WESLEY CHAPEL - They came from all walks of life.
They were students, educators, businesspeople, church leaders, parents, community organization representatives and government employees.
But the roughly 150 people who participated in a youth summit at Wesley Chapel High School on Thursday share a goal: They want to combat bullying, youth violence and other problems young people face.
"We need to change our culture so all students feel needed, wanted and respected," said Roy Kaplan, a research associate professor at the University of South Florida who served as facilitator.
One of the difficulties in dealing with a problem such as bullying, Kaplan said, is that schools can get so caught up in standardized tests that they lose sight of the need to educate young people in more than just algebra and verb tenses.
"We need to make better people before we make better students," Kaplan said.
Thursday's gathering, called "Together We Stand - Pasco Youth and Community Summit," arose, in part, from an agreement the Pasco County school district reached last month with the U.S. Department of Education's Office for Civil Rights.
The federal agency began a discrimination investigation in 2012 after the parents of a Zephyrhills High student filed a complaint saying their son was the victim of "gay baiting" at school, although they say he is not gay.
The student, Zach Gray, suffered brain damage from an unsuccessful attempt to hang himself in 2011.
Gray's case was one of several high-profile cases that drew attention to bullying in Pasco schools during the past couple of years.
"We as a district understand there are issues we need to address," Superintendent Kurt Browning told those gathered for the summit.
Cori Arndt, 17, a senior in the International Baccalaureate program at Land O' Lakes High, said that's important.
Arndt said she hasn't experienced bullying personally and that students in IB tend to be a supportive bunch, but through sports and school organizations she has learned bullying is a problem in the school.
"I'm glad it's being addressed," Arndt said.
Molly Blair, a supervisor in the district's office of student support programs and services, said solutions might be found in 41 developmental assets that were identified in research by the Search Institute of Minneapolis, Minn.
Those assets, such as family support, a caring school climate, adult role models and a sense of purpose, help young people become better adults. The more assets young people possess, the more likely they are to perform well academically while avoiding violent activities and being prone to depression or suicide.
"The work we are doing here as a community is going to save lives," Blair said.
Participants discussed challenges the school district faces such as size, with more than 60,000 students countywide, and poverty.
They also talked about some of the community's strengths, such as sports programs, Scouting, faith-based youth groups and libraries.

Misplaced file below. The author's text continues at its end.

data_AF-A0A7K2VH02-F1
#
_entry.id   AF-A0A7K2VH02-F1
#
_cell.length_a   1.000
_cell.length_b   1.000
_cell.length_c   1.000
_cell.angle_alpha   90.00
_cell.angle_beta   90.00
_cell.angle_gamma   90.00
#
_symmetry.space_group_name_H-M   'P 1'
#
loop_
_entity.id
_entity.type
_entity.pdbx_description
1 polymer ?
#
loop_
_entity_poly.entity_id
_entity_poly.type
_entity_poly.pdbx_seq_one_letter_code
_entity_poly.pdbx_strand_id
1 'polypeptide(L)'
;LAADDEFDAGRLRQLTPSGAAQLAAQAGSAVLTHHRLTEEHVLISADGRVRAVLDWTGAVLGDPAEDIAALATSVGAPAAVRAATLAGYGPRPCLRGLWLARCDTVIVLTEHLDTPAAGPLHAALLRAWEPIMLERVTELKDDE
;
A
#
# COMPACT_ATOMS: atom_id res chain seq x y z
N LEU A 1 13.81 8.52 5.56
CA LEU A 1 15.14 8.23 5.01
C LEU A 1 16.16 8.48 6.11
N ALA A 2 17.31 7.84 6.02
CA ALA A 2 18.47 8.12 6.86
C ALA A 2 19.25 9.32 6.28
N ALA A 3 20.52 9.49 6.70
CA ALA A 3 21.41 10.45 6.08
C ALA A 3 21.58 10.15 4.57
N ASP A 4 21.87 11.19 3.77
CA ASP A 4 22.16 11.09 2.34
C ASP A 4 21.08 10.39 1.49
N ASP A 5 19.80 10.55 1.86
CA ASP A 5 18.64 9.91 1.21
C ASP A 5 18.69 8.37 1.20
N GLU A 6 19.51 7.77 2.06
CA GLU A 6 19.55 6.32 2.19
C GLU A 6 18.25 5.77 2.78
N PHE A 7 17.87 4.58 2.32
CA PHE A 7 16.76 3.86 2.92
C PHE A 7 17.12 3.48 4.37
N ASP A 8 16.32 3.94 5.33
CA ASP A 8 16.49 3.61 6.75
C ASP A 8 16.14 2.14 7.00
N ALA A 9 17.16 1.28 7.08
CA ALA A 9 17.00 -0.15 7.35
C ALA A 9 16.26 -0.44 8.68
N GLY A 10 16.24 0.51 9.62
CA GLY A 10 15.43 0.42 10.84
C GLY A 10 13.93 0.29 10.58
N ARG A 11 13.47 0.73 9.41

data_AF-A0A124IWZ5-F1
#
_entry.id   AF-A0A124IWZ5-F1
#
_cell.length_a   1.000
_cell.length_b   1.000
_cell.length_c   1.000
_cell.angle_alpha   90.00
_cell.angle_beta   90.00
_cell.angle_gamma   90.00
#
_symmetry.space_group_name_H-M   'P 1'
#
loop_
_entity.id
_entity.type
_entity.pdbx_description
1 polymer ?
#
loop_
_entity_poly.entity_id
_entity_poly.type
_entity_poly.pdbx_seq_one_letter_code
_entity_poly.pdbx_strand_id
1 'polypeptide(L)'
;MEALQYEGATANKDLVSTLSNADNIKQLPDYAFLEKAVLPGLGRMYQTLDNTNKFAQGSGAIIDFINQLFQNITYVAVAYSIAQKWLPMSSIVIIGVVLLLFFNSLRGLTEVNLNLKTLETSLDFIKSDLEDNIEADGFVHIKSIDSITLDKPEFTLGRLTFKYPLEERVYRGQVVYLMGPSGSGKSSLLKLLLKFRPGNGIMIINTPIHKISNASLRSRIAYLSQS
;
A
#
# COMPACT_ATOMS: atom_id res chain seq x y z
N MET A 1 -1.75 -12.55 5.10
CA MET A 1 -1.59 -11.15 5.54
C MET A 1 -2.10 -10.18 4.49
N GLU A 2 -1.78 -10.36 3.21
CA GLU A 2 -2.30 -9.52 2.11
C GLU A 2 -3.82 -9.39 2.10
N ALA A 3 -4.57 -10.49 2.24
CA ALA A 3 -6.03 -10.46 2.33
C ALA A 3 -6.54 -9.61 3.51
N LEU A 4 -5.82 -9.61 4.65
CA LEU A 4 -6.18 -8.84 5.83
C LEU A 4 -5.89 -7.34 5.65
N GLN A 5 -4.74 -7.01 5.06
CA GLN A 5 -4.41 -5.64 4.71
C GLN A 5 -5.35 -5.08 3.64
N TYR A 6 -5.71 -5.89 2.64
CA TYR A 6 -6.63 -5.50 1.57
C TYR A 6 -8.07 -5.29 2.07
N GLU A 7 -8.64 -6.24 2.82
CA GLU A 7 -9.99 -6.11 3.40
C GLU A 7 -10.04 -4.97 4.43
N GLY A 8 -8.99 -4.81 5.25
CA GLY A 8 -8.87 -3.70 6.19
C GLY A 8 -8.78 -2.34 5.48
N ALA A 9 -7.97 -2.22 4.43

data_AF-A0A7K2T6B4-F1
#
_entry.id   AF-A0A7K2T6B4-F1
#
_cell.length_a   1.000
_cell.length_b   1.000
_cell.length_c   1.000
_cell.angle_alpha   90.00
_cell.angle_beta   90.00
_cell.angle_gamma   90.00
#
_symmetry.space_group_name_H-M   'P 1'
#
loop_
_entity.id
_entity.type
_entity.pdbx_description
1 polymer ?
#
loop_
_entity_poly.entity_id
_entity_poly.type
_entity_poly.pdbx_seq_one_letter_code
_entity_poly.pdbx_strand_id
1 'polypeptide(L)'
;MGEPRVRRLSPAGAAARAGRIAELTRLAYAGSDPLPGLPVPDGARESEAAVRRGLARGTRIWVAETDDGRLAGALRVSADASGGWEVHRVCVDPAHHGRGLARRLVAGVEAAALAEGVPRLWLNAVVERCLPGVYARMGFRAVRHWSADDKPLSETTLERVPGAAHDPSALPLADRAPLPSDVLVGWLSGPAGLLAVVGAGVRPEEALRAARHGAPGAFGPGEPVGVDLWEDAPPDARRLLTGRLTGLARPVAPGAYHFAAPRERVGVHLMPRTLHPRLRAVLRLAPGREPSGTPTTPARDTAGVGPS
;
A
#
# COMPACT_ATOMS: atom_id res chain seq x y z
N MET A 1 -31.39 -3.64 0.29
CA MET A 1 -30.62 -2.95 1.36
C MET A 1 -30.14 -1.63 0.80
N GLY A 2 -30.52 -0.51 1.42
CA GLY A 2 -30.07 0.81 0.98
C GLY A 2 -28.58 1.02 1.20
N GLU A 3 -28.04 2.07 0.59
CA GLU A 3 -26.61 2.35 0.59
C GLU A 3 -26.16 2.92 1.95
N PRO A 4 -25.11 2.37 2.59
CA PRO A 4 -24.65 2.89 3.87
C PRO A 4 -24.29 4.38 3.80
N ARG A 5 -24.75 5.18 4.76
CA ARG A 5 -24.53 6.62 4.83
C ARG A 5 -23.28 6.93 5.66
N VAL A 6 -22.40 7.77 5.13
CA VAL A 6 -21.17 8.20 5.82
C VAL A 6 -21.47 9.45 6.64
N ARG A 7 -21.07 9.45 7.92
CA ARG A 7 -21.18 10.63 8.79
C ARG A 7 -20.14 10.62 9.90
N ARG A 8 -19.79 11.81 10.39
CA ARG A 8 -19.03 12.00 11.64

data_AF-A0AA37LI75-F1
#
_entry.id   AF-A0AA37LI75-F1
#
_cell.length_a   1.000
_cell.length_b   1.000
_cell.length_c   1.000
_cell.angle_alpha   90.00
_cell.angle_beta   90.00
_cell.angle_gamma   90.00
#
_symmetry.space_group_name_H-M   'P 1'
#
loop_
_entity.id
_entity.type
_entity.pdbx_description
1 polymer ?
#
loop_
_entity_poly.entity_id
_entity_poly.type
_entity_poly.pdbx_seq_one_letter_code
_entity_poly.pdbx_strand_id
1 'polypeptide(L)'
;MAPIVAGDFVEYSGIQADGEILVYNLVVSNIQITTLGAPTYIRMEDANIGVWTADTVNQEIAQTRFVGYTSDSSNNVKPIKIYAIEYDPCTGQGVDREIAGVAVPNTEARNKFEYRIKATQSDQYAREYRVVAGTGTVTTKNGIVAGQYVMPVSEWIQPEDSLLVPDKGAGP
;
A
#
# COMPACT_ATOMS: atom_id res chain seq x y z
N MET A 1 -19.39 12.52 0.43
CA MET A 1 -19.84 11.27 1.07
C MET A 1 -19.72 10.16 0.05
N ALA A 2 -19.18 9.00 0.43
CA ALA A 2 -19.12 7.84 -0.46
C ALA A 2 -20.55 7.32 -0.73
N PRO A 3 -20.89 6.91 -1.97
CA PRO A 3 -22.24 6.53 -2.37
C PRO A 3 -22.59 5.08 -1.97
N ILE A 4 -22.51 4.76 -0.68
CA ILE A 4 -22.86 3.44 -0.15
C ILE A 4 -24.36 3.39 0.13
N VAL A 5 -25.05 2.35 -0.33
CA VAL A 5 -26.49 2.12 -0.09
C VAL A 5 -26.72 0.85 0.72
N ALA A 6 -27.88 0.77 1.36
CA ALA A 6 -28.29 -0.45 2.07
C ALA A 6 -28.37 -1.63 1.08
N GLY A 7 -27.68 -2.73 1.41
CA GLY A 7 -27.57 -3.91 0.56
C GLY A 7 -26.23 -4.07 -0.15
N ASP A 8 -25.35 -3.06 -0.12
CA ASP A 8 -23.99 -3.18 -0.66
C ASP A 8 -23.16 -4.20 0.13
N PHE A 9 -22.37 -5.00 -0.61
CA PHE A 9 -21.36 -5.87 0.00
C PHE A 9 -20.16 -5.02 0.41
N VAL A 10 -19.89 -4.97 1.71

Mihail Kaburis, 15, a Land O' Lakes High sophomore in the IB program, said he thinks bullying is less of a problem than it once was, though it still needs to be addressed. After the opening session, the summit participants split into breakout groups. Kaburis said students seemed open to discussing their experiences, especially after they were allowed to ask adults to leave the room.
"I feel we are getting a full opinion from the whole student body," Kaburis said.
Later, he said, the students would be able to share their ideas with the adults to work toward solutions "as an entire community."
In the welcome session, Kaplan demonstrated that Pasco is more diverse than people might realize.
He asked the participants to stand, based on where they were born. Some were Pasco natives. Others were born elsewhere in Florida. Many were born in other states, and several were born in other countries.
For some, such as Bethashley Cajuste, 15, an IB student at Land O' Lakes High, English is a second language.
Cajuste, originally from Haiti, speaks Creole as her first language, though she is fluent in English.
Cajuste said she hasn't experienced much bullying but has dealt with discrimination and with people stereotyping her.
Cajuste was pleased the summit drew adults with varied backgrounds.
"I kind of like the fact I'm seeing more than just students," she said. "Other people care."
School board Chairwoman Cynthia Armstrong said including community members is important.
"The issue of bullying and student self-esteem goes beyond schools and goes out into the community," she said.
Armstrong was pleased so many students were involved. About 30 registered to participate, representing Hudson High, Gulf High, Pasco High, Ridgewood High, Zephyrhills High, Anclote High and Land O' Lakes High.
Melissa Musselwhite, the district's director of student support services, said bullying isn't something people in the district always felt comfortable discussing.
"In the past, it was almost a taboo topic that we didn't want to talk about," she said.
Building awareness is the first phase of an effort to combat bullying, Musselwhite said.
The teenagers participating in the summit will be able to take what they learn back to their schools, she said, and use their leadership skills to help address the problem.